The starting order in the Team event will be three groups of 8 riders, the first two groups to pass will be based on the Team score from the GP, while the last group will be by reverse order of the provisional ranking after the first two groups have gone – with a pause long enough to allow riders to prepare properly.
I’m really in favour of this proposal, it makes the Olympic version of the sport more inclusive, it does not fill the starting list with underqualified combinations, it is more exciting in both the Grand Prix heat system and in the Team medal climax, it supports horse welfare both implicitly and explicitly and each stage is more understandable.
"Building Understandability For Established and New Fans"
One thing I have read recently is “Why are we doing this? Did the IOC explicitly ask us to do this?” I don't of course know what the IOC asked, but I strongly suspect that doing nothing will not be good for Equestrian! One of Kyra Kyrklund’s favorite sayings is “If you always do what you always did, you will always get what you always got”; in our case that would be very bad. Many other sports are aggressively revisiting the format of their events, we have to aggressively address the issues for our sport. Change is surely necessary, building understandability for established and for new fans while not undermining the features that we consider to be key to the sport are requirements; but not all possible changes are good. Tweaking the content of a dressage test is not to my opinion sufficient, while the suggestions to radically reduce the number of participants (the 12-best discussed above) are especially dangerous as they drastically reduce the worldwide implication in the sport – the wish to one day compete in the Olympics for your country is a powerful motor and these rule changes go directly towards making that dream more achievable for riders from more countries without undermining the quality of top level sport.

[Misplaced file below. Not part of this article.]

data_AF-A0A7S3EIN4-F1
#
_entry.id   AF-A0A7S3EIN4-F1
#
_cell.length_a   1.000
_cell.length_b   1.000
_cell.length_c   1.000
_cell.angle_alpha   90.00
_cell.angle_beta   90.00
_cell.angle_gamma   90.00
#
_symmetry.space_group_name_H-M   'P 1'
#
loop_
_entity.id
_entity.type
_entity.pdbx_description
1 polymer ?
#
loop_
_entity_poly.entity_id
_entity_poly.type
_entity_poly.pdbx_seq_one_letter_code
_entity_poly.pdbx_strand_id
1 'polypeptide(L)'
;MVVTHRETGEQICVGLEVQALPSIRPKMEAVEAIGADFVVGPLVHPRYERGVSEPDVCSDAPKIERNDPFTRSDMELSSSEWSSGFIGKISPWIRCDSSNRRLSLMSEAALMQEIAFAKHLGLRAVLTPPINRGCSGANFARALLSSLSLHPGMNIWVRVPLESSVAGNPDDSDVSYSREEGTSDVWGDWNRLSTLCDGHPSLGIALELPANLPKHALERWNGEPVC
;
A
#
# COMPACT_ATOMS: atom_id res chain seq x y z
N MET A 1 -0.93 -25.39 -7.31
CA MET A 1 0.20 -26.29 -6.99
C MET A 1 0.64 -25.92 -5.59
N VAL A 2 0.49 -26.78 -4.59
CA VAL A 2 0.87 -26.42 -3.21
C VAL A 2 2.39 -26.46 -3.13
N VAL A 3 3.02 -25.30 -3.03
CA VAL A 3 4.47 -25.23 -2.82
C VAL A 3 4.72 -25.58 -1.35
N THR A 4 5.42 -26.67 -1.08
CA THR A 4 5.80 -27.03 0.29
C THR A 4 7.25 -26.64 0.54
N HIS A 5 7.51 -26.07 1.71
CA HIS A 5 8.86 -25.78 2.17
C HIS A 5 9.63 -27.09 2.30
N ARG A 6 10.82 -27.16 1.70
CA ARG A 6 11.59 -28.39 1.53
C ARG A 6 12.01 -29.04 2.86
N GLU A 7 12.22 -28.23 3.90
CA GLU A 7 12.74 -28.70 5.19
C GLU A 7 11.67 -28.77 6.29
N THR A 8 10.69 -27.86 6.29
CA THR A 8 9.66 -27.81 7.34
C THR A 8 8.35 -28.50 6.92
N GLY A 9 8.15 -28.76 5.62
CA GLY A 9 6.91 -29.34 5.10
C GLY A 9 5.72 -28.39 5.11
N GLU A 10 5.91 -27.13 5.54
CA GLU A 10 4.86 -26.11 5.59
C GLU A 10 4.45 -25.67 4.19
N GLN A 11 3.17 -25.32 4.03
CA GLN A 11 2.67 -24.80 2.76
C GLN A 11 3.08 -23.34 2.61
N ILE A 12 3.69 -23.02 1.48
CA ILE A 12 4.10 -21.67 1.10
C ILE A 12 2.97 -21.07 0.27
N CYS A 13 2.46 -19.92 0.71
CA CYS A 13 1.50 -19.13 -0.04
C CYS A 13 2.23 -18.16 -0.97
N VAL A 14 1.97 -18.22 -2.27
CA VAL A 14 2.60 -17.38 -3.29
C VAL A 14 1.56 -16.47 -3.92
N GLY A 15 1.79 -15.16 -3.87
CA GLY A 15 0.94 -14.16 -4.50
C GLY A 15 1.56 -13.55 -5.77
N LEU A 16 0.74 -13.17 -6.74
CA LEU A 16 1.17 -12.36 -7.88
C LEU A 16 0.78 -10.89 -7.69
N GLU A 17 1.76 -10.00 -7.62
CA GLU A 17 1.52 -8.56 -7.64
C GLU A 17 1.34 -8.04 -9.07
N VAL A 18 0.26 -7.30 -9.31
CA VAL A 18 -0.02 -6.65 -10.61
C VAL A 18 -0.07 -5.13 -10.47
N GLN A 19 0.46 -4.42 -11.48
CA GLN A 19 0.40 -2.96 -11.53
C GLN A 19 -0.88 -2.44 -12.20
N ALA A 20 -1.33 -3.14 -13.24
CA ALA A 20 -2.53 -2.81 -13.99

Back these changes up with much more detailed “second-screen” information for the public, one of my other hobby-horses, and we can help cement our place into future Olympics.
by David Stickland